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Baking bread in a bakery is a dream come true. In our bakery, we have access to all the necessary tools to ensure success. With consistent repetition and practice, we can turn out amazing loaves, day after day, with ease and grace.

In comparison, baking bread at home can be difficult and mired in frustrations. Your kitchen counter space is always just a few square feet shy of perfection. Your scale is always low on batteries. Your loaf of bread, by dint of its singularity, becomes the most important thing in the world…leading to constant poking, prodding, and worrying.

However, it doesn’t have to be this way! With adequate time and patience, success is very attainable. What follows is meant to be a set of loose guidelines that, if followed, will yield a loaf of bread you can be proud of. If you’re the scientific type, you experiment with the amount of water and flours used in the dough. If you’re more cavalier, you can immediately throw caution to the wind and replace whole wheat with more interesting flours. Good luck!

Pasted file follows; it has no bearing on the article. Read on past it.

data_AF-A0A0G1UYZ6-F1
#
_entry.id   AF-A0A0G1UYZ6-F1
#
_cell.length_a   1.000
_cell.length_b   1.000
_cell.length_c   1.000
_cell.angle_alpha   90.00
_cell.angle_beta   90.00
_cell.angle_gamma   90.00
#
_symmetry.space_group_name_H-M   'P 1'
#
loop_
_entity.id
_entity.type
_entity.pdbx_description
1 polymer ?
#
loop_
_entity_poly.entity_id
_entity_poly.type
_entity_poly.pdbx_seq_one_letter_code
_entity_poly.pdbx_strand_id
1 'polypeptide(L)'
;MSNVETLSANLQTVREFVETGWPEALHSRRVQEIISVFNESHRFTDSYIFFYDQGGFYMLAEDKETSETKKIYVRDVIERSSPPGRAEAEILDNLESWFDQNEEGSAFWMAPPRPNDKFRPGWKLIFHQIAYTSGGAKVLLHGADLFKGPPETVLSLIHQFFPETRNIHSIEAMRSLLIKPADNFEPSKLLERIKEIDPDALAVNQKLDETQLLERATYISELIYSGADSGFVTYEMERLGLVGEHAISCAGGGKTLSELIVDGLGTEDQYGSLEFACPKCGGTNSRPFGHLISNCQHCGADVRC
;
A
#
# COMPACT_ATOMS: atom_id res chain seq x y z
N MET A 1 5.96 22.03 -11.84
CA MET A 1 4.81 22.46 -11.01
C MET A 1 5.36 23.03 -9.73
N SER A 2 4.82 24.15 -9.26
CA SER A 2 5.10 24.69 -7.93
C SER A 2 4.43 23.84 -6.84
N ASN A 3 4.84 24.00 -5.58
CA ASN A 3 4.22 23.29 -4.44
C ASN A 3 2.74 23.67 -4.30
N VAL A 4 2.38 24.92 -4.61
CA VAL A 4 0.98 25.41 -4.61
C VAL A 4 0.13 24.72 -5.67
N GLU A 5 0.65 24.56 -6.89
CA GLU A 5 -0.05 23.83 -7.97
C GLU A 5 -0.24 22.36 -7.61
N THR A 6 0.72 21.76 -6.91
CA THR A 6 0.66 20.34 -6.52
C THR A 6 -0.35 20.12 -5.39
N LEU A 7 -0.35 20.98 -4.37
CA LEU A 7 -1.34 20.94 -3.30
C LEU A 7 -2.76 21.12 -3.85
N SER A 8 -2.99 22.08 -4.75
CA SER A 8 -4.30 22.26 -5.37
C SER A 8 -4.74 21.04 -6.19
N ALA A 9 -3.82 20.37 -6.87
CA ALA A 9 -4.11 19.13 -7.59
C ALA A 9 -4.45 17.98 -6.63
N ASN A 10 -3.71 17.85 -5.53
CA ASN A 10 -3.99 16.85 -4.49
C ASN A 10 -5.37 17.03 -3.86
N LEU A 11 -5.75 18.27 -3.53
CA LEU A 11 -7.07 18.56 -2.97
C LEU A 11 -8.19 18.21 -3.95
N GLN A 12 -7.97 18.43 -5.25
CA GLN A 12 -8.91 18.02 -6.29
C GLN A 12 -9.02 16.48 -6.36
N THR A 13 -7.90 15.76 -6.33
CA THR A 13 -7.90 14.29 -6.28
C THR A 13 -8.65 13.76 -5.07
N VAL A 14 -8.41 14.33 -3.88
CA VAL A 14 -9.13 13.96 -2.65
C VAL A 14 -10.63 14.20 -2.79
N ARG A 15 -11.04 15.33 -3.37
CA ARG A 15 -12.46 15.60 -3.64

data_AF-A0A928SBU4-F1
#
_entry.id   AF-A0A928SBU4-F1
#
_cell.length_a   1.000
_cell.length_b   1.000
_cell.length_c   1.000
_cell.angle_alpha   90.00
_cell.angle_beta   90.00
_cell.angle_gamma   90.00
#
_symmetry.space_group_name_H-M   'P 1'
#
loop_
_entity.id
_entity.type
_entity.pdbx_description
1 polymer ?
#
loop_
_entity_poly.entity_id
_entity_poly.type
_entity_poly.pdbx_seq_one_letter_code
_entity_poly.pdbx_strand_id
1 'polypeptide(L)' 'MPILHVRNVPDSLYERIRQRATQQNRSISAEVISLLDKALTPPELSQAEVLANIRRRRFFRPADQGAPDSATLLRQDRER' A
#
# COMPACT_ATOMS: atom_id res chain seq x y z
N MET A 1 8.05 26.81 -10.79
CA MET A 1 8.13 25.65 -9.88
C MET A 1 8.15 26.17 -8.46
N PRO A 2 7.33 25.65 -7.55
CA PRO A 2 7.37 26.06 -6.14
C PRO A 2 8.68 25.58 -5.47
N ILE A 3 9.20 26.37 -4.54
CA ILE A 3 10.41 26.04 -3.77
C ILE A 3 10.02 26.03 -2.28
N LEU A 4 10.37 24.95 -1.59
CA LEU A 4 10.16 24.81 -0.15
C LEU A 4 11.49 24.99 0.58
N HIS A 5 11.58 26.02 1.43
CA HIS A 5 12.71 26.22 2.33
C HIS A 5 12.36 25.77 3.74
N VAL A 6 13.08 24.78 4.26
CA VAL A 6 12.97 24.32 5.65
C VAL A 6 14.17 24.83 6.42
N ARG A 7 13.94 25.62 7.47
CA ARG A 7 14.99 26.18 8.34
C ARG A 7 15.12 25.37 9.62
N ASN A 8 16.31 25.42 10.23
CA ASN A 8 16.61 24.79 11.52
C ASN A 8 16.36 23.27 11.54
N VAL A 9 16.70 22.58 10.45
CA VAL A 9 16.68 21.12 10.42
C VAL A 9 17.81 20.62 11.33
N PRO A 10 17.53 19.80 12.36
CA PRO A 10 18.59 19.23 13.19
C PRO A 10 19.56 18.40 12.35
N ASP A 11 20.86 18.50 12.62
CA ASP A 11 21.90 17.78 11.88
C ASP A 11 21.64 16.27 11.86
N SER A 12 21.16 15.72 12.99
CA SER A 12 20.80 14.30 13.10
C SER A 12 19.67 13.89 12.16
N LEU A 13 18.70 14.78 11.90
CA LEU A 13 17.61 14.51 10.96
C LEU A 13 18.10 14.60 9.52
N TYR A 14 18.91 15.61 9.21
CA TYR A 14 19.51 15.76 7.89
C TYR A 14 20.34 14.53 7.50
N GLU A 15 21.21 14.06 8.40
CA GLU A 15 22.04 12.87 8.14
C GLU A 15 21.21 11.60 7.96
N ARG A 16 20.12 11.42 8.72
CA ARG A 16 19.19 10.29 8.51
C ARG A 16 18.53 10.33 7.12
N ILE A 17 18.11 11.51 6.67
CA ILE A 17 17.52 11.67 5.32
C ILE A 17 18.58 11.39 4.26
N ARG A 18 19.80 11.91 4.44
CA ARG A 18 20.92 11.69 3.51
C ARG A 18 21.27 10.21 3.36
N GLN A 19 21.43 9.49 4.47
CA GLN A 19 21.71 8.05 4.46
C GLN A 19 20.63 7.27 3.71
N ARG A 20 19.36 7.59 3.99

Field Company Guide to Sourdough Bread

 

The Night Before

If you don’t already have a sourdough starter at home, make one now, then come back once it’s ready to use.

Right before bedtime on the night before you plan on mixing your dough, you should refresh your starter with 150g of cool (around 70°F) water and 150g of flour (whatever you used to make your starter). Leave it out somewhere in your kitchen that isn’t insanely hot or cold. Go to bed and dream of the accolades and adoration showered upon you by friends and family as you pull your loaf from the oven.

The Morning Of

Wake up and grab your coffee and/or tea. It’s go time. Weigh all of the ingredients listed below except for the salt (this will make it easier for the yeast to start doing their thing) and combine them in a large mixing bowl. Using your hand, mix all of the ingredients together until everything is evenly incorporated and a shaggy mess. Use a dough scraper to scrape excess dough off your hand and the sides of the mixing bowl. Cover the mixing bowl with a dish towel or plastic wrap and let rest at room temperature for around 30 minutes.